University of Minnesota
School of Physics & Astronomy

Physics and Astronomy Calendar

Thursday, February 6th 2020
3:35 pm:
Speaker: Frank Bates, University of Minnesota (CEMS)
Subject: Diblock Copolymer Melts Mimic Metallurgy
Refreshments in atrium after the Colloquium.

Block copolymers have captured the interest of scientists and engineers for more than half a century. In general, the phase behavior of diblock copolymers, the simplest category of such self-assembling macromolecules, has been accepted as thoroughly understood. Until several years ago, sphere forming diblock copolymers seemed particularly simple, with universal ordering on a body-centered cubic (BCC) lattice as predicted 40 years ago. Experiments with low molecular weight poly(isoprene)-b-poly(lactide) (PI-PLA) diblock copolymer melts have disrupted this picture, revealing remarkable phase complexity in the limit of asymmetric compositions, 0.15 < fL < 0.30, where fL signifies the volume fraction of PLA. Small-angle X-ray scattering (SAXS) measurements conducted in the vicinity of the order-disorder transition have demonstrated the formation of several topologically close-packed Frank-Kasper (FK) phases, including the , C14 and C15 phases, and a dodecagonal quasicrystal (QC), in addition to BCC packing. This lecture will explore the underlying molecular and geometric factors that drive this fascinating complex phase behavior. A central feature is the tendency for self-assembled micelles to be spherical, which is frustrated by the necessity for soft materials to fill space at constant density leading to the formation of space filling polyhedral particles. A surprising analogy will be drawn with the underlying competition between electronic structure and ordered state symmetry that contributes to the formation of FK and QC phases in various metals and alloys. This work highlights extraordinary opportunities for uncovering the principles governing symmetry breaking in soft and hard materials by exploiting the unparalleled control over molecular structure associated with block copolymers.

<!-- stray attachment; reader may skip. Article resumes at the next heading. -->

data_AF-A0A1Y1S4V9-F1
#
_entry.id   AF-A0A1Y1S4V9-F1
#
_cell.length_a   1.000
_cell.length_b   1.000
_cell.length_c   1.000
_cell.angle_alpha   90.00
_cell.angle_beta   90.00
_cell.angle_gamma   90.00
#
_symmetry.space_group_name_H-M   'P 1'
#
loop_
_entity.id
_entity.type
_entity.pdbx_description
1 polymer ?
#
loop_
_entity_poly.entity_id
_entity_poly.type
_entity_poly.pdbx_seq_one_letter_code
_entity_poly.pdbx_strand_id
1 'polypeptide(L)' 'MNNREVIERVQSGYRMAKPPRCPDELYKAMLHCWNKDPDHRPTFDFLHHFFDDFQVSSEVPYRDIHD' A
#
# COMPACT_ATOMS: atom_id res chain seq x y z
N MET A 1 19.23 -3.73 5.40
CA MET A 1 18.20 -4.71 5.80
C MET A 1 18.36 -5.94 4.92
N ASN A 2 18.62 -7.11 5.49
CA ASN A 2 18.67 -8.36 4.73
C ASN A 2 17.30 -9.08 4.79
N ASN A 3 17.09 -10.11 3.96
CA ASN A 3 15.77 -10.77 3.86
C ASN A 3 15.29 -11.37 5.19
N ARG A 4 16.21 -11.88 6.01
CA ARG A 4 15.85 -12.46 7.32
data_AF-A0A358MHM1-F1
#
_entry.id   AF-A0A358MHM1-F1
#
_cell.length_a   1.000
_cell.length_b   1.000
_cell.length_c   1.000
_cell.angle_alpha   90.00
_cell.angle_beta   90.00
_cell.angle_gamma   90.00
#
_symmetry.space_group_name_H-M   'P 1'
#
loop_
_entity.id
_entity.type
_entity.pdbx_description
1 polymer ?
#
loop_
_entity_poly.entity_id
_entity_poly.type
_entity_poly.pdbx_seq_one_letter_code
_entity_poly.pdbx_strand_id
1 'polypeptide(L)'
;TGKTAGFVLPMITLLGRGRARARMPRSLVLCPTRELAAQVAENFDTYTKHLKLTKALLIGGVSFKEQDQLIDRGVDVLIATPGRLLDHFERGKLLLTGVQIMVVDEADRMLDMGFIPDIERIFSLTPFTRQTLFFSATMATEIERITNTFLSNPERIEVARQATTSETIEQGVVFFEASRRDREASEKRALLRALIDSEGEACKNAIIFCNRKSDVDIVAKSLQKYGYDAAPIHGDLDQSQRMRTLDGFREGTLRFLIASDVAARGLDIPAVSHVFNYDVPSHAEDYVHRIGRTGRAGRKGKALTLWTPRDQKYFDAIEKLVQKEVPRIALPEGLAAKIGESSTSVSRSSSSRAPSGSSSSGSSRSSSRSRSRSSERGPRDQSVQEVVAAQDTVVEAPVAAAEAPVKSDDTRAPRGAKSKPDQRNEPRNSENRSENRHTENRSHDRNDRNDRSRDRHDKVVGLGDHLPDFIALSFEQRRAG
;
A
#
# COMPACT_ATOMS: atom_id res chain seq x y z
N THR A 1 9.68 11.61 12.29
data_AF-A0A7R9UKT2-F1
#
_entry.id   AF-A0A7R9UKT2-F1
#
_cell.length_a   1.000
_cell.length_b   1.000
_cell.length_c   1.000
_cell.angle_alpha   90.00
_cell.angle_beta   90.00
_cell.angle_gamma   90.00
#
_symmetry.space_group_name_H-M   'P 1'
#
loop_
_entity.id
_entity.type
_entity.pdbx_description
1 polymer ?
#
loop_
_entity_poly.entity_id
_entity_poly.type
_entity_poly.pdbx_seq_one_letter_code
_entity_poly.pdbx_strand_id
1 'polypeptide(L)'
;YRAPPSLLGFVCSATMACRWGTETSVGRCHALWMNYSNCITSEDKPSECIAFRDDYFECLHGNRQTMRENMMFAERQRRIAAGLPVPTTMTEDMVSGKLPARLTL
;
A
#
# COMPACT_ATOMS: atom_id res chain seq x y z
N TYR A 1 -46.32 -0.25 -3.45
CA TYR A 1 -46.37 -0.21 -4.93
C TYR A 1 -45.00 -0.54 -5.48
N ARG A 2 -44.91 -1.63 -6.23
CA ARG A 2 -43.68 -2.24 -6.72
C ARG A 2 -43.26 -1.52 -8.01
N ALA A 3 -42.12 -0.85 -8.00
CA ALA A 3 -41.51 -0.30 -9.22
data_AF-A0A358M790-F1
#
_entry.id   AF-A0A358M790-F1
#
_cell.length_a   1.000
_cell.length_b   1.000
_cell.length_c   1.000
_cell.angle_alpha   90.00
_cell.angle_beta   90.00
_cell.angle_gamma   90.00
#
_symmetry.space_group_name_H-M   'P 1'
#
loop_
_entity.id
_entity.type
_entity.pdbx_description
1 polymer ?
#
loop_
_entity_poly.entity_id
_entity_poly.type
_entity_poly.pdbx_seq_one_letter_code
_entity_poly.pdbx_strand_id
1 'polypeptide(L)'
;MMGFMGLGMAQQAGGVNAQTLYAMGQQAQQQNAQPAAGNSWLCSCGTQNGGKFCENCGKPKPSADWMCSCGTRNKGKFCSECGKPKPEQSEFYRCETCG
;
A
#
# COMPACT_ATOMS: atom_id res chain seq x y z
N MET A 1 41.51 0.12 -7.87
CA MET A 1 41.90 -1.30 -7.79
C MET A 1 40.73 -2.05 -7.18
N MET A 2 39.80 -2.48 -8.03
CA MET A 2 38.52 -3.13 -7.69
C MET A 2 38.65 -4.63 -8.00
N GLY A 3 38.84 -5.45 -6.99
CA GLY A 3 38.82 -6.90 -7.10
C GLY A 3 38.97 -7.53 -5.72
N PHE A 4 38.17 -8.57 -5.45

Faculty Host: Rafael Fernandes

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